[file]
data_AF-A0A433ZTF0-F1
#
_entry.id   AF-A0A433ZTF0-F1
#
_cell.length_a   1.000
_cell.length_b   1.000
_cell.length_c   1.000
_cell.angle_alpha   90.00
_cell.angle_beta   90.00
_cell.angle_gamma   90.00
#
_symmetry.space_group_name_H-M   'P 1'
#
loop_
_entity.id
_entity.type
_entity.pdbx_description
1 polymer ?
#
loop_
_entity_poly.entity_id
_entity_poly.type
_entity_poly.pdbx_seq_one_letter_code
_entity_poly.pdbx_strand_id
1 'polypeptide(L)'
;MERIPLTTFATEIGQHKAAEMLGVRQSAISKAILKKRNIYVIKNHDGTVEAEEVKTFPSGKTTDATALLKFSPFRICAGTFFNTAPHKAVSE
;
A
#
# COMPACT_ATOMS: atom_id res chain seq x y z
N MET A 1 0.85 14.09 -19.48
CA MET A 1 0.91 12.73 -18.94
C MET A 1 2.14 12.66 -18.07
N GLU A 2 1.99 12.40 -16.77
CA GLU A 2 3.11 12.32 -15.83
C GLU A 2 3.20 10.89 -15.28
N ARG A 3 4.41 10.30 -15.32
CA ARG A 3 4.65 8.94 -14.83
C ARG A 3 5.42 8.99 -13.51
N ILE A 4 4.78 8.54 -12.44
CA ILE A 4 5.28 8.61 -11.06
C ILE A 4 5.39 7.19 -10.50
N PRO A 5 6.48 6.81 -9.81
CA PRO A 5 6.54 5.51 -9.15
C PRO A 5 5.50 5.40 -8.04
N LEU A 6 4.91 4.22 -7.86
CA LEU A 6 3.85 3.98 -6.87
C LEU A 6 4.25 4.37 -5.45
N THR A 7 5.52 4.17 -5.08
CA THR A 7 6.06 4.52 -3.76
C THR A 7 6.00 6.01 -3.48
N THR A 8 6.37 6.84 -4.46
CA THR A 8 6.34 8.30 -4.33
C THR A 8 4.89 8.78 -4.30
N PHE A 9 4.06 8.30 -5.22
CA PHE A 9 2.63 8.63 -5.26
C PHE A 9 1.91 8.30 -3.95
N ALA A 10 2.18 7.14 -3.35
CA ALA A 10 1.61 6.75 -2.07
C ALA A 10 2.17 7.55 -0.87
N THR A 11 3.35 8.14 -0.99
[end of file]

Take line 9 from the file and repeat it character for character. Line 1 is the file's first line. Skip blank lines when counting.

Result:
_cell.angle_beta   90.00